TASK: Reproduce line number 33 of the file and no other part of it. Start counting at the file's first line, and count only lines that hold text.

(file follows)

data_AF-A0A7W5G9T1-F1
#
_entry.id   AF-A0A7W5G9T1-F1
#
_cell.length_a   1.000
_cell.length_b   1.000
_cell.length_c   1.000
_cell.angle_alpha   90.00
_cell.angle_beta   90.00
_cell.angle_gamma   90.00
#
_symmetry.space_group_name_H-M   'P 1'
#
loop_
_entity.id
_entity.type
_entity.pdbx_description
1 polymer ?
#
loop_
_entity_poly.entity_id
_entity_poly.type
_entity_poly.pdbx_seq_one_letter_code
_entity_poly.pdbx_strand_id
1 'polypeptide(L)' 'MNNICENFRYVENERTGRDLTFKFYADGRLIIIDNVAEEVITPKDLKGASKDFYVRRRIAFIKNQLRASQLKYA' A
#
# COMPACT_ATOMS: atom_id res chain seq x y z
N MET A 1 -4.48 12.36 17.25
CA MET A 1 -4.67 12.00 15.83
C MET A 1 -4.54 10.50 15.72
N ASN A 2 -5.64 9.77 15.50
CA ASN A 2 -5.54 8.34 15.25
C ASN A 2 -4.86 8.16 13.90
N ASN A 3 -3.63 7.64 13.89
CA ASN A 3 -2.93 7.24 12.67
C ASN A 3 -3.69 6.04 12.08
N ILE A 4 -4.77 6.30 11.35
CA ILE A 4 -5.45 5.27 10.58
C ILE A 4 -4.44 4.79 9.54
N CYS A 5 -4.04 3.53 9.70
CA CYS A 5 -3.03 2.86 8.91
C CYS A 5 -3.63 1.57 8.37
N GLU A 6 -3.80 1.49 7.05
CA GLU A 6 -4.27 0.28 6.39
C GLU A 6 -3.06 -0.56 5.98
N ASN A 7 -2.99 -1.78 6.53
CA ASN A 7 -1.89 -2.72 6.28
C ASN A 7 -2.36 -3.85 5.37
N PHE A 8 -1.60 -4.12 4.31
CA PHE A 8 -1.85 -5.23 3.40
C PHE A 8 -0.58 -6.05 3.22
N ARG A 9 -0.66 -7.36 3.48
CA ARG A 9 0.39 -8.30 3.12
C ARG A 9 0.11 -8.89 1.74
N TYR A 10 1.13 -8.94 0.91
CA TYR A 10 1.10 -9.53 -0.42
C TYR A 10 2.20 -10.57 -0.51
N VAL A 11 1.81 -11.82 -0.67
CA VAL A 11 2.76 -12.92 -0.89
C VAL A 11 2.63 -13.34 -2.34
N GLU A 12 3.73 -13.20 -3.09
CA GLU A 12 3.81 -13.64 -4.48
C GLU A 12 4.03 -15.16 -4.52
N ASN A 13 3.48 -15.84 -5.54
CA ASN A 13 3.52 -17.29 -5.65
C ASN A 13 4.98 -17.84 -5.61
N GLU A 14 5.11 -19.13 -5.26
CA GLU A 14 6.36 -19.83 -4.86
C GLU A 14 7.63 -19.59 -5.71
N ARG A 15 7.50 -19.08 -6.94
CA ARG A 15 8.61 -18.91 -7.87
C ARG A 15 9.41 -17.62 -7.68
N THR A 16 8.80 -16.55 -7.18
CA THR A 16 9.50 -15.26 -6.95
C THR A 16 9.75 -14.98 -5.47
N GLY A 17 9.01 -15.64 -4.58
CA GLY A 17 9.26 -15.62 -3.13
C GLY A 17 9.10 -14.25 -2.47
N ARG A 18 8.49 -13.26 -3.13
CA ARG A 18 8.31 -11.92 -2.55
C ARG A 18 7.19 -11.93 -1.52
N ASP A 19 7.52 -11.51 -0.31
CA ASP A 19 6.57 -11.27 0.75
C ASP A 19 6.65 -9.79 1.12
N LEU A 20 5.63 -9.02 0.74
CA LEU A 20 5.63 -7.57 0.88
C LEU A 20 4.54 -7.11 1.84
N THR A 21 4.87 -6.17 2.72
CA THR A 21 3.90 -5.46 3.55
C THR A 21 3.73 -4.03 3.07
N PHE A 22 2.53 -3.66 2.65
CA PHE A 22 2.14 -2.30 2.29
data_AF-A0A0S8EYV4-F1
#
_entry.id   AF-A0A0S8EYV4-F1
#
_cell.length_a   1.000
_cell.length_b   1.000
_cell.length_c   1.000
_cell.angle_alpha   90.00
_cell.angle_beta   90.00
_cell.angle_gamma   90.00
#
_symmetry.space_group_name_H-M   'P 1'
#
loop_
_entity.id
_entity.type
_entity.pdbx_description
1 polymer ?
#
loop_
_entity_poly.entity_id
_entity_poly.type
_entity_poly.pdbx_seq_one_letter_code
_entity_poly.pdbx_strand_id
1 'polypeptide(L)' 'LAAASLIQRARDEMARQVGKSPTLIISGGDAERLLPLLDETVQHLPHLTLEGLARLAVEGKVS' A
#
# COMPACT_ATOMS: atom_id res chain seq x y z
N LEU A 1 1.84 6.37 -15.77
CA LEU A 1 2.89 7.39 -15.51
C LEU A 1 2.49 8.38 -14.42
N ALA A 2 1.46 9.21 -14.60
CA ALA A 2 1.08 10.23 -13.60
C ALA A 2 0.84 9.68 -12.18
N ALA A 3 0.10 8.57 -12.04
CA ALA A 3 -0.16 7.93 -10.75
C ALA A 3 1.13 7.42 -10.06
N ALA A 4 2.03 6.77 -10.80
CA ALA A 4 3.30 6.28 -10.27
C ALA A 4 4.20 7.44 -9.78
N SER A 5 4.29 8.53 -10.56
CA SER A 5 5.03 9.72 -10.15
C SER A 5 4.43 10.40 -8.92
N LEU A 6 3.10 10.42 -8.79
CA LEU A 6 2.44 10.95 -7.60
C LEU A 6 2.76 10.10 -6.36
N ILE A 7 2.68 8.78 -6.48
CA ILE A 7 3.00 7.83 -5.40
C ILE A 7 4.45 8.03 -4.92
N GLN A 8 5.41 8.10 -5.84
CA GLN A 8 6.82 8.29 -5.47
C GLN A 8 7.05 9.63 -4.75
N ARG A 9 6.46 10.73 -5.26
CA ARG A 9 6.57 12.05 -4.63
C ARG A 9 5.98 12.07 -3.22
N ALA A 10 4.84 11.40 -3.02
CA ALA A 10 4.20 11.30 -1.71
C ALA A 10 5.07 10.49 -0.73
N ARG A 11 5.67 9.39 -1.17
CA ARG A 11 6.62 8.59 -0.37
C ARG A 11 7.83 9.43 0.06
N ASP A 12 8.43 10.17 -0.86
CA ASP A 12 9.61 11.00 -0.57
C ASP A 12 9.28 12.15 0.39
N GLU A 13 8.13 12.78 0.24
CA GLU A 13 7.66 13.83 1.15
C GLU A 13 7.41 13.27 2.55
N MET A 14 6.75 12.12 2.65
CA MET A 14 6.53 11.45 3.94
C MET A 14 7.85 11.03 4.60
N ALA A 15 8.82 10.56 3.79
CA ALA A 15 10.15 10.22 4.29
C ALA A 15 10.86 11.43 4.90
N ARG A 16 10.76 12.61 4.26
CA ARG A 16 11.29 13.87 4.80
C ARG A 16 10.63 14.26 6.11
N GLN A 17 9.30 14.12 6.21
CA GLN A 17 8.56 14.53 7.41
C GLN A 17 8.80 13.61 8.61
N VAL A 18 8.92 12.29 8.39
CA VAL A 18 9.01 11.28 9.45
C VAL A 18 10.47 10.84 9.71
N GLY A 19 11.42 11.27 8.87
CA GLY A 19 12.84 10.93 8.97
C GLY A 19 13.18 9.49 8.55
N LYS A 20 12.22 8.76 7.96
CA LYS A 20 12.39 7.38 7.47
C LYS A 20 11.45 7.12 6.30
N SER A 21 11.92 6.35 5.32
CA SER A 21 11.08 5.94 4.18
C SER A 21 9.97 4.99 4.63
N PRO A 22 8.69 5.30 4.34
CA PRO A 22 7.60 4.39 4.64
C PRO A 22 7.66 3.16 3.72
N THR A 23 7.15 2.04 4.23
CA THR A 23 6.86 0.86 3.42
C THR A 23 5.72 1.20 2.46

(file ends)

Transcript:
C ASN A 2 -4.86 8.16 13.90